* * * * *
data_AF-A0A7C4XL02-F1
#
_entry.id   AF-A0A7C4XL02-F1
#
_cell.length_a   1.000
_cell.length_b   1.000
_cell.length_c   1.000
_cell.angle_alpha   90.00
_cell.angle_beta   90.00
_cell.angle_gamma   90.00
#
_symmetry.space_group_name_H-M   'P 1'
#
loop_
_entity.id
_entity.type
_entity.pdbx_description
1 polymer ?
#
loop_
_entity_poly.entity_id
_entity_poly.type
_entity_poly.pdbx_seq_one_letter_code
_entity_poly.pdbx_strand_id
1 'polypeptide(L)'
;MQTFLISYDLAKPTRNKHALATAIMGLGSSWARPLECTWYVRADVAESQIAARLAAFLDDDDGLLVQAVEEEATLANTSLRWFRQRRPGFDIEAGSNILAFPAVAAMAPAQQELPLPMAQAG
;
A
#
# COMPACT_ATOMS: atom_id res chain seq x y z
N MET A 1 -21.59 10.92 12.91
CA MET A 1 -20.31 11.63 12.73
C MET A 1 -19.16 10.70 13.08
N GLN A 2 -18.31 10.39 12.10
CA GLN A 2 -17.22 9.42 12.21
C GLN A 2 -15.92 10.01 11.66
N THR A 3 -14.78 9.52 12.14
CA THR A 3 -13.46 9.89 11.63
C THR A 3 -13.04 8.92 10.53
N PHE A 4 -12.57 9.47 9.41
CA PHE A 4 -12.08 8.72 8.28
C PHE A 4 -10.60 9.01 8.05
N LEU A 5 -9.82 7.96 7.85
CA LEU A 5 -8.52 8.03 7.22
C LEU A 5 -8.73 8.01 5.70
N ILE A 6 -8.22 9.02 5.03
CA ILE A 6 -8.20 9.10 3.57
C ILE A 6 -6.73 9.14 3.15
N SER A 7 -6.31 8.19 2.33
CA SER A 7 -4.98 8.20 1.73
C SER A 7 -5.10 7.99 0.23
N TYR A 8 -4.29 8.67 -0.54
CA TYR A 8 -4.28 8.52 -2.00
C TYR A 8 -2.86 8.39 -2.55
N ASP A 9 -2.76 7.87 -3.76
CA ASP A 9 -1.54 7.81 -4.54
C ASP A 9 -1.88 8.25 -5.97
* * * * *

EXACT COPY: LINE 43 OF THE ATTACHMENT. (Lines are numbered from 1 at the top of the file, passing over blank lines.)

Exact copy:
N LEU A 5 -9.82 7.96 7.85